Affiliate network Awin interviews Nadeem Azam in their blog

On the 20th anniversary of our founding, Europe’s leading affiliate network Awin has interviewed our CEO, Nadeem Azam.

The interviewer asks Nadeem:

  • how affiliate marketing has evolved over the last two decades
  • the developments that have been pivotal to Azam Marketing’s success
  • the three most important lessons he’s learned during his career
  • the biggest challenges Azam Marketing faces
  • what a start-up publisher needs to do to succeed

Read the full, eye-opening interview below or a shortened version here on Awin’s site.

Azam Marketing is a publisher and full-service digital marketing and design company which is headquartered in Covent Garden in central London.

Azam Marketing started their affiliate journey in 1997 by building a network of niche websites promoting advertisers in the USA, UK and continental Europe, becoming an affiliate on the Awin network in 2001.

Having built up an expertise in online advertising and web design by working on their own websites, Azam Marketing went on to provide these services to other businesses. To date they have built 427 websites and helped 993 clients to grow their online presence.

We speak to CEO, Nadeem Azam about how the affiliate industry has evolved over the past two decades, lessons learnt from his career and the biggest challenges Azam Marketing faces within the industry.

Nadeem Azam at Awin's black-tie dinner event "An Elaborate Execution" in 2009Congratulations are in order as Azam Marketing celebrates 20 years within the affiliate marketing industry and 16 years on the Awin network. What was your opinion of the affiliate space when you founded the company in 1997?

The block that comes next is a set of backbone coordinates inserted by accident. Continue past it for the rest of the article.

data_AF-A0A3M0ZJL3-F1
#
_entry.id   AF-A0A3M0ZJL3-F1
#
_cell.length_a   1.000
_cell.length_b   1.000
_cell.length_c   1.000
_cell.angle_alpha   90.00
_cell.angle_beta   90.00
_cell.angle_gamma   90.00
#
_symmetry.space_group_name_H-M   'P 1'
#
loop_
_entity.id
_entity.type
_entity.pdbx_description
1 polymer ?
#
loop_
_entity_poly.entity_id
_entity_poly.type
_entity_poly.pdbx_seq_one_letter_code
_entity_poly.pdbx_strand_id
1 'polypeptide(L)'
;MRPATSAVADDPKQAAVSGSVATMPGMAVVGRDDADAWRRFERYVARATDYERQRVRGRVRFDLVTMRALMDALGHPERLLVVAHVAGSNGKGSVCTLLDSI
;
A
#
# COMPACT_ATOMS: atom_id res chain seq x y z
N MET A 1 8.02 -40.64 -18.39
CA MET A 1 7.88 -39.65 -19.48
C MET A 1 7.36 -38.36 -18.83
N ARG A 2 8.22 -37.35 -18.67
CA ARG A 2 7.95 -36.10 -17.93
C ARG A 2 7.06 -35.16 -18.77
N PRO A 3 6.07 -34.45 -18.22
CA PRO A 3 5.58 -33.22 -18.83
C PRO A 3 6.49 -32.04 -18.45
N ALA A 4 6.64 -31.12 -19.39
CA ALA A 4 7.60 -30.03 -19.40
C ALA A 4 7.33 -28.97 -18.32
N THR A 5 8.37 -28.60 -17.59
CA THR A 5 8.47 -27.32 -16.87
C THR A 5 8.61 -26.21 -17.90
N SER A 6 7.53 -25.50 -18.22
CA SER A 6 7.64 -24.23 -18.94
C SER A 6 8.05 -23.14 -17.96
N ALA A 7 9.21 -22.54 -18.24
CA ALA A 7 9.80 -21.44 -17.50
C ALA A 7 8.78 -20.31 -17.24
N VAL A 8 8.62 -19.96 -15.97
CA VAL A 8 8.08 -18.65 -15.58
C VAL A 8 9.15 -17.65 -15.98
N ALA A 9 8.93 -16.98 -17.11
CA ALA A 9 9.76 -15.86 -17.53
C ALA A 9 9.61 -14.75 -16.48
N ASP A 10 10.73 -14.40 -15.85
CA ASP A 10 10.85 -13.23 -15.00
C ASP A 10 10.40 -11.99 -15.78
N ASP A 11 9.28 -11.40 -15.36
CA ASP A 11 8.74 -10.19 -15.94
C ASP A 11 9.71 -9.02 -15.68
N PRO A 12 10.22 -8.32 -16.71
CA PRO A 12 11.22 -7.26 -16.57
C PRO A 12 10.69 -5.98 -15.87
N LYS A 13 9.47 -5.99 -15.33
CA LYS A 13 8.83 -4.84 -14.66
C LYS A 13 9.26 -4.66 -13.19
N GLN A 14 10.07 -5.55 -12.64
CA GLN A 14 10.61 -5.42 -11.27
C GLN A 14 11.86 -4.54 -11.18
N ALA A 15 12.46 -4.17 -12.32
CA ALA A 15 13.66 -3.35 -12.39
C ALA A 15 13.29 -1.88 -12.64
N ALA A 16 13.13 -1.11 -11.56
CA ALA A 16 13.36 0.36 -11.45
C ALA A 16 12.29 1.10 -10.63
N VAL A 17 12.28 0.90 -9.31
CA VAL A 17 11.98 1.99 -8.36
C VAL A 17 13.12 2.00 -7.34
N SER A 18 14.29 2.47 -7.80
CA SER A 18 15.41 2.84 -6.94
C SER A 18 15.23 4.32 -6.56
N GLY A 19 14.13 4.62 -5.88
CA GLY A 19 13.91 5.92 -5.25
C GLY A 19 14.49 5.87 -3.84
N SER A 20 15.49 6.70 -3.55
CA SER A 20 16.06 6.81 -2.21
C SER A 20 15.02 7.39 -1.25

Thank you. Affiliate marketing was all but non-existent in the UK and the rest of Europe and we started off by partnering with advertisers in the USA. This included the likes of book and magazine retailers, hardly any of which exist anymore either because, at some point or other, they went out of business or were snapped up by other companies.

When we started in 1997 there were a few American affiliate networks that had recently launched. We belonged to around a dozen affiliate programs, either working with advertisers directly or via the nascent affiliate networks.

When we applied to join advertisers’ affiliate programs, we would sometimes have to fax or post our details!

To receive payment, we would usually email or fax an invoice, and in most cases our affiliate commissions were paid to us by “check”, as they’re called in the USA.

Although the set-up, technologies and know-how was rudimentary in the early days, there was a tremendous sense of optimism about this new world that only a relatively few buccaneering entrepreneurs were trying to develop an understanding of and grow a presence in.

With its roots in the military and academia, the internet was not a particularly commercial environment in the mid-1990s and that meant there was a meaningful camaraderie and sense of community. For example, programmers on the other side of the world I hardly knew would see me post on a Usenet group about struggling with creating a script to add functionality to a website and, without even asking, spend an hour or two creating it and then sending it to me! In the same mode, I would spend hours on bulletin boards and Usenet groups assisting people to build and promote their websites.

Has this opinion changed two decades on?

Boy have things changed! Twenty years in internet marketing has probably involved more transformation than a hundred years in many professions like law, dentistry and high street retailing.

Whereas it was a struggle to find an affiliate program in the UK and around Europe, there are literally tens of thousands nowadays. Things have turned upside down and nowadays it’s a challenge to find a medium or large size retailer that doesn’t have an affiliate program!

Affiliate networks like Awin are now full of shiny, sophisticated tools and API solutions. Payments are automated and, on the whole, reliable: I can’t remember a single point in the last ten years when Awin has missed a payment to us.